Major federal regulatory agencies - the Environmental Protection Agency, the Occupational Safety and Health Administration and the Consumer Product Safety Commission - have agreed to accept chemical safety data from a synthetic skin test in lieu of an animal test, the National Toxicology Program announced today.
This is the first such general substitution of a non-animal test under a new federal program to reduce animal experimentation.
The regulatory agencies are preparing Federal Register notices to tell industry and other research institutions they can use the non-animal test for regulatory purposes. The regulatory actions were announced today by the National Toxicology Program, which is headquartered at the National Institute of Environmental Health Sciences in Research Triangle Park, N.C. NIEHS and other federal agencies support the Interagency Coordinating Committee on the Validation of Alternative Methods, an organization established in 1997 to foster alternative and improved test methods.
The Food and Drug Administration also endorsed the acceptability of the method, but said that corrosivity testing for the types of products it regulates is likely to be limited. Also, on a limited basis, the Department of Transportation has already been accepting the method for certain chemicals.
The new test can replace, in many uses, a method in which a chemical or chemical mixture was placed on the intact skin of a laboratory rabbit. Several thousand rabbits have been used each year in the old test, according to one estimate.
Under ICCVAM's sponsorship, a scientific panel performed a scientific review of the test and recommended it last year to the regulatory agencies. The panel said the new method could fully replace the use of animals for testing corrosiveness in some cases, while in others, when the chemical "passed" the screen as probably safe, an animal test would be required to confirm that the chemical is not corrosive. In addition, some chemicals cannot be evaluated in the assay, and these must be tested using the standard animal test, which requires one to three rabbits.
William Stokes, D.V.M., the National Institute of Environmental Health Sciences' associate director for animal and alternative resources, said, "The old test requirements called for three animals for each chemical that is evaluated for skin corrosivity and dermal irritation. Since there are more than two thousand chemicals introduced each year, the substitution of Corrositex could save many laboratory animals in a year."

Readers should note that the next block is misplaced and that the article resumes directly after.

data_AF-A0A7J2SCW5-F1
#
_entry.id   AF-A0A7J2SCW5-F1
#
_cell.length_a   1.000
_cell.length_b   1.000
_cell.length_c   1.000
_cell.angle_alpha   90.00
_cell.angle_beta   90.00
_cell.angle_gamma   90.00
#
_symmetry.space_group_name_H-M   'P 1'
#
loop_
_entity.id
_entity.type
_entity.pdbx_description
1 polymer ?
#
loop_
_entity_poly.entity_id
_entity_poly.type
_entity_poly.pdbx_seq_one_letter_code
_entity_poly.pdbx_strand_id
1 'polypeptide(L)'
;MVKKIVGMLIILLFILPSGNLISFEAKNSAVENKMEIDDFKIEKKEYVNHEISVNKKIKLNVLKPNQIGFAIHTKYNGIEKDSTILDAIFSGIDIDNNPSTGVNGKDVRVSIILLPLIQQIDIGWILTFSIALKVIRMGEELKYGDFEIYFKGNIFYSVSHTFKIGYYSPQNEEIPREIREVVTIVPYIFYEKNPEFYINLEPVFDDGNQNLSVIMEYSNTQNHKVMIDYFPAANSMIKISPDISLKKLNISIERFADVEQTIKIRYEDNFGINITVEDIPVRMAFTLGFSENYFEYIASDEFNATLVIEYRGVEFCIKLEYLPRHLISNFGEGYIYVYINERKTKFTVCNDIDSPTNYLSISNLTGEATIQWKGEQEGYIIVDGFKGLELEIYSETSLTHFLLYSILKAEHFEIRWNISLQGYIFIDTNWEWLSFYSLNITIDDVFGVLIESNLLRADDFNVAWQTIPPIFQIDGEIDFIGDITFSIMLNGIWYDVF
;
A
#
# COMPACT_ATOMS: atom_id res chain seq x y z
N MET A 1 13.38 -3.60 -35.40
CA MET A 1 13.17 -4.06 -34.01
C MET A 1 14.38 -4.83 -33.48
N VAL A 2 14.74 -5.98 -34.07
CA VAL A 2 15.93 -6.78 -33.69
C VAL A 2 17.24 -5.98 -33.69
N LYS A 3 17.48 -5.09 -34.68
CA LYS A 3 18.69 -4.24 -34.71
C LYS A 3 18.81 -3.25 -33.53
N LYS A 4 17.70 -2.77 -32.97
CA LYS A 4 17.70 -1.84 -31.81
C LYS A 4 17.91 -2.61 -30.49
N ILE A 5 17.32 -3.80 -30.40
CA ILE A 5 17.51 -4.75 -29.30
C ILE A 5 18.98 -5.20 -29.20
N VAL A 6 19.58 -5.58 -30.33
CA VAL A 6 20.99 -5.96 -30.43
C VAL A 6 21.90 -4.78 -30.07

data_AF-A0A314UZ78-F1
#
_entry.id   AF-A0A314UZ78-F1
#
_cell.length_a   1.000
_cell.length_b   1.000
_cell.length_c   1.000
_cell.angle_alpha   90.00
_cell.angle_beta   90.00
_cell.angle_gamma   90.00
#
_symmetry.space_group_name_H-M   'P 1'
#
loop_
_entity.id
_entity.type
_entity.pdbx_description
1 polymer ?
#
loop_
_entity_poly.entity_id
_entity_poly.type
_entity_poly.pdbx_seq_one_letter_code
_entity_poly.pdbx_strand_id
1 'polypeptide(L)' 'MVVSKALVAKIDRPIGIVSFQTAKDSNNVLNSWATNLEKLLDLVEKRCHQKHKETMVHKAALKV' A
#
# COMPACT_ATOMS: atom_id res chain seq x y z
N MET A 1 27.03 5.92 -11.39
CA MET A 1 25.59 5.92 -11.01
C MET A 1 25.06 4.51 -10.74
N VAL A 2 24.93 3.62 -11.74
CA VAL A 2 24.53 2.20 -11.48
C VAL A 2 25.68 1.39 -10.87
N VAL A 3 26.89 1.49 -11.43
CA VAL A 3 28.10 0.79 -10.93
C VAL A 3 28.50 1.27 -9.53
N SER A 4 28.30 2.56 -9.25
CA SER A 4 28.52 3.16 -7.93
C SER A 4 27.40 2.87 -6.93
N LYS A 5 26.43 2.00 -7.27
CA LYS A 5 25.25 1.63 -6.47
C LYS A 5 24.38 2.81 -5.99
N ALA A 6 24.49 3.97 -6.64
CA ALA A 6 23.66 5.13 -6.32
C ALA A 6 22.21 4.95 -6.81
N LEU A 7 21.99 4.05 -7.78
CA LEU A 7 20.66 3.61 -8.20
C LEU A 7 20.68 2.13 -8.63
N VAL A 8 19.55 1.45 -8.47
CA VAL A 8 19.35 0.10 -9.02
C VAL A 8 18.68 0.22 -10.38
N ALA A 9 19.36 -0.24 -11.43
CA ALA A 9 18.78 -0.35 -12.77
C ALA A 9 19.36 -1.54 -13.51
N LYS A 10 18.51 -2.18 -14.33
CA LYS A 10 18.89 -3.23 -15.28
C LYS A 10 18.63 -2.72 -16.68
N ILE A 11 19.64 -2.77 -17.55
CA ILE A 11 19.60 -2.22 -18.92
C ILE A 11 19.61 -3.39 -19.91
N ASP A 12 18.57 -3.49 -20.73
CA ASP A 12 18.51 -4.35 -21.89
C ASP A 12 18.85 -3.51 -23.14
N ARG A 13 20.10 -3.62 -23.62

Skin corrosiveness testing is conducted to ensure that chemicals and products are properly labeled to alert consumers and workers to take precautions to prevent chemical burns to the skin. Corrosion is more serious than skin irritation and involves permanent damage to skin, usually with scarring.
In the new test, developed under the trade name Corrositex, a chemical or chemical mixture is placed on a collagen matrix barrier that serves as a kind of synthetic skin. Once it penetrates the barrier, the chemical causes a color change in a liquid detection system composed of indicator dyes that are sensitive to strong acids and bases at pH extremes. The time it takes for a test chemical to penetrate the barrier and produce a color change in the detection system is compared to a classification chart to determine corrosivity.
In order to develop a scientific consensus on the usefulness and limitations of the new test, panel members evaluated all available information and data to determine the extent to which the ICCVAM criteria for validation and acceptance of new test methods was addressed.
This is the second substitute test to be approved by federal regulatory agencies after an ICCVAM panel review. The first review resulted in the acceptance by regulatory agencies of a test called the Murine Local Lymph Node Assay that uses fewer animals to determine the potential of chemicals to cause allergic dermatitis. The new, less painful assay also uses mice instead of guinea pigs.
Corrositex is sold as a test kit by InVitro International of Irvine, Calif.
The above story is based on materials provided by National Institute Of Environmental Health Sciences. Note: Materials may be edited for content and length.
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